ARCHY 369 A: Special Problems in Archaeology

Spring 2023
Meeting:
TTh 1:30pm - 3:20pm / SMI 305
SLN:
10442
Section Type:
Lecture
Joint Sections:
NEAR E 350 A
Instructor:
ARCHAEOLOLOGY OF WARFARE CROSS LIST W/ NEAR E 350
Syllabus Description (from Canvas):

The course schedule or readings are subject to change. Any changes made will be announced in class as well as on the course Canvas website, with at least a week’s notice.

 

Part I: Archaeology of Violence and Warfare

 

Week 1: Introduction to the Course

 

March 28– Introduction to the Course: Defining Warfare, Violence and Conflict

Lecture Slides

Map Quiz Terms Handout

Required Reading:

 

March 30- The Anthropology of Warfare                       

Lecture Slides

Required Reading:

           

Recommended Reading:

 

 

Week 2: Violence and Early Humans

 

April 4- Primates, Hominids and Early Humans: Are We Programmed to Fight?

Lecture Slides

Map Quiz at the Start of Class

Required Reading:

 

 Recommended Reading:

 

April 6: Class Canceled

 

 

Week 3: The Archaeology of Warfare Part I

 

April 11- The Case for Human Sacrifice in the Ancient Middle East

Lecture Slides

Required Reading:

 

Recommended Reading:

 

April 13- The Evidence of Warfare: Bioarchaeology and Iconography

Lecture Slides

Required Reading:

 

Recommended Reading:

 

 

Week 4: The Archaeology of Warfare Part II

 

April 18- The Evidence of Warfare: Weapons (and Tools)

Lecture Slides

Required Reading:

 

Recommended Reading:

 

April 20 – The Evidence of Warfare: Fortifications and Battlefields

Lecture Slides

Required Reading:

 

Recommended Reading:

  • Burgess, C., Topping P., Mordant C., and Maddison M., eds. 1988 Enclosures and Defenses in the Neolithic of Western Europe. BAR I.S. no. 403(i), British Archaeological Reports
  • Burke, A. 2008 Walled Up to Heaven: The Evolution of Middle Bronze Age Fortification Strategies in the Levant. Eisenbrauns, Winona Lake, Indiana

 

 

Week 5: Violence Before Warfare?

           

April 25– Discussion Class Number 1: Why do we fight?

No assigned readings, but come prepared to talk in groups for a graded discussion.

 

April 27 – Earliest Warfare? Raiding and Small-Scale Violence

Lecture Slides

Required Reading:

 

Recommended Reading:

  • Kelly, R.C., 2007. Warless Societies and the Origin of War. University of Michigan
  • Otterbein, K., 2004. How War Began. Texas A&M University Press

 

Part II: A Chronology of Warfare

 

Week 6 – Warfare at the Rise of Urbanism (ca. 4000-2000 BCE)

 

May 2- The Kings of Akkad: The First Empire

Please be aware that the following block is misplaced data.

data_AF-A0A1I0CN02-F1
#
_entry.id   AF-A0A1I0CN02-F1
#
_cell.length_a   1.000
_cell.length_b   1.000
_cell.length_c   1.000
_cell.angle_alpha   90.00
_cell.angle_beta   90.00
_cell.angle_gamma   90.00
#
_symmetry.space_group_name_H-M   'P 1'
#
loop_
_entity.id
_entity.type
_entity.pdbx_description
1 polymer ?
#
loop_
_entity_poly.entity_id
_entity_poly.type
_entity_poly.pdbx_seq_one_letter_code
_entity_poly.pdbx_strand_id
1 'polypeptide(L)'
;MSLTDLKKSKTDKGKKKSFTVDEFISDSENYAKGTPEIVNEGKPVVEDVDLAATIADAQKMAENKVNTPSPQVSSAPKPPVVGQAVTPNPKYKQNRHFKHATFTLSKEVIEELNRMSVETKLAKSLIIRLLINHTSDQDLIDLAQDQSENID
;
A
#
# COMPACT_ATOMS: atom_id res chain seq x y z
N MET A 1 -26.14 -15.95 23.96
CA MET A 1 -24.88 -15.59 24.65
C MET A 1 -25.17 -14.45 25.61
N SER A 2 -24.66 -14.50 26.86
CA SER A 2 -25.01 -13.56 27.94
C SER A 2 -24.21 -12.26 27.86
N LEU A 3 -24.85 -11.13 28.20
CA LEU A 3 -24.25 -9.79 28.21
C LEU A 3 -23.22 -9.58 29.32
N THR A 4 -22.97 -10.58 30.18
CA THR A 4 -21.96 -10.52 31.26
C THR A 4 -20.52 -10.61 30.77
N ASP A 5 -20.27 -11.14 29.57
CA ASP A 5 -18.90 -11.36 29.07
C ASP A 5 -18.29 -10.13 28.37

Lecture Slides

Final Project Subject Due at Start of Class    

Required Reading:

 

Recommended Reading:

  • Ferrill, A. 1985 The Origins of War from the Stone Age to Alexander the Great, Thames and Hudson
  • Gabriel, R., and A. Metz, 1991 From Sumer to Rome: The Military Capabilities of Ancient Armies. Greenwood Press

 

May 4 - The Trojan War: Fact or Fiction         

Lecture Slides

Required Reading:

 

Recommended Reading:

  • Bryce, 2006 The Trojans and Their Neighbors (2006), Routledge

 

 

Week 7- The Late Bronze Age (ca. 1600-1100 BCE)

 

May 9 - The Late Bronze Age and the Battle of Kadesh, Part I: Battle Prep

Lecture Slides

Required Reading:

Additional Reading on Egyptian Military and Weapons

Additional Reading on Hittite Military and Weapons

 

Recommended Reading:

 

May 11- The Late Bronze Age and the Battle of Kadesh - Reenactment

 

 

Week 8- Total Empire: The Late Bronze Age to the Neo-Assyrians (ca. 1600-500 BCE)

 

May 16- Collapse, and the ‘Sea Peoples’

Lecture Slides

Battle of Kadesh Write Up Due at the Start of Class 

Required Reading:

 

Recommended Reading:

           

May 18- The Neo-Assyrian War Machine: Death and Destruction

Lecture Slides

Required Reading:     

           

Recommended Reading:        

 

 

Week 9- Biblical Warfare and the Persians (ca. 500-300 BCE)

 

May 23- Biblical Warfare: The Battle of Lachish     

Lecture Slides

Lachish Handout

Required Reading:

           

Recommended Reading:

 

May 25 – Cyrus the Great and the Persian Empire      

Lecture Slides

Text of the Cyrus Cylinder

Required Reading:

 

Recommended Reading:

 

 

Week 10 - Alexander and the Modern Day

 

May 30 - Alexander the Great and the Rise of the Greeks

Lecture Slides

Required Reading:

 

Recommended Reading:

 

June 1- Discussion Class: Warfare and Colonialism in the Modern Middle East

No assigned readings, but come prepared to talk in groups for a graded discussion

 

 

Final Project Due June 7, by 11:59pm

Catalog Description:
Delineation and analysis of a specific problem or related problems in archaeology focusing on developing research and scholarly communication skills.
GE Requirements Met:
Social Sciences (SSc)
Credits:
5.0
Status:
Active
Last updated:
June 21, 2024 - 8:15 am